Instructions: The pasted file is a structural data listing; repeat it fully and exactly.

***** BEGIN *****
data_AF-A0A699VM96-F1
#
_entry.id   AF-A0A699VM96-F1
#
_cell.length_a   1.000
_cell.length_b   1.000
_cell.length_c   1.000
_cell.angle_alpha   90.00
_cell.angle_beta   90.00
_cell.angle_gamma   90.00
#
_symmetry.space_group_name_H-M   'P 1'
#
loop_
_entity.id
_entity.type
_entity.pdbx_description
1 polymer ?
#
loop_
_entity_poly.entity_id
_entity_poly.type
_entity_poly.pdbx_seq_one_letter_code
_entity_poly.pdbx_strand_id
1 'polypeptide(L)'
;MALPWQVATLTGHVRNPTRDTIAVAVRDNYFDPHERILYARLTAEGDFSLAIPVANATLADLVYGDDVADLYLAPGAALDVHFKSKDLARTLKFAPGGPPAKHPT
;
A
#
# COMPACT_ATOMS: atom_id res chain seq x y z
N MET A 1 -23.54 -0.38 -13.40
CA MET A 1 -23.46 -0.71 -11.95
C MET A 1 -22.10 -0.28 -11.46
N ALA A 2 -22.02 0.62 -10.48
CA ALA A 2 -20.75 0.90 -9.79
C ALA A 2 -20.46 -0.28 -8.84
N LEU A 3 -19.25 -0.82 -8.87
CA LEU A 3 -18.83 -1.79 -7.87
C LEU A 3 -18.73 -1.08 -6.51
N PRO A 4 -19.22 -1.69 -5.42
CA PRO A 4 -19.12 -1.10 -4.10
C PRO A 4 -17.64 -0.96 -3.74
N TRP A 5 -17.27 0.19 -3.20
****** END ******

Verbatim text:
data_AF-A0A699VM96-F1
#
_entry.id   AF-A0A699VM96-F1
#
_cell.length_a   1.000
_cell.length_b   1.000
_cell.length_c   1.000
_cell.angle_alpha   90.00
_cell.angle_beta   90.00
_cell.angle_gamma   90.00
#
_symmetry.space_group_name_H-M   'P 1'
#
loop_
_entity.id
_entity.type
_entity.pdbx_description
1 polymer ?
#
loop_
_entity_poly.entity_id
_entity_poly.type
_entity_poly.pdbx_seq_one_letter_code
_entity_poly.pdbx_strand_id
1 'polypeptide(L)'
;MALPWQVATLTGHVRNPTRDTIAVAVRDNYFDPHERILYARLTAEGDFSLAIPVANATLADLVYGDDVADLYLAPGAALDVHFKSKDLARTLKFAPGGPPAKHPT
;
A
#
# COMPACT_ATOMS: atom_id res chain seq x y z
N MET A 1 -23.54 -0.38 -13.40
CA MET A 1 -23.46 -0.71 -11.95
C MET A 1 -22.10 -0.28 -11.46
N ALA A 2 -22.02 0.62 -10.48
CA ALA A 2 -20.75 0.90 -9.79
C ALA A 2 -20.46 -0.28 -8.84
N LEU A 3 -19.25 -0.82 -8.87
CA LEU A 3 -18.83 -1.79 -7.87
C LEU A 3 -18.73 -1.08 -6.51
N PRO A 4 -19.22 -1.69 -5.42
CA PRO A 4 -19.12 -1.10 -4.10
C PRO A 4 -17.64 -0.96 -3.74
N TRP A 5 -17.27 0.19 -3.20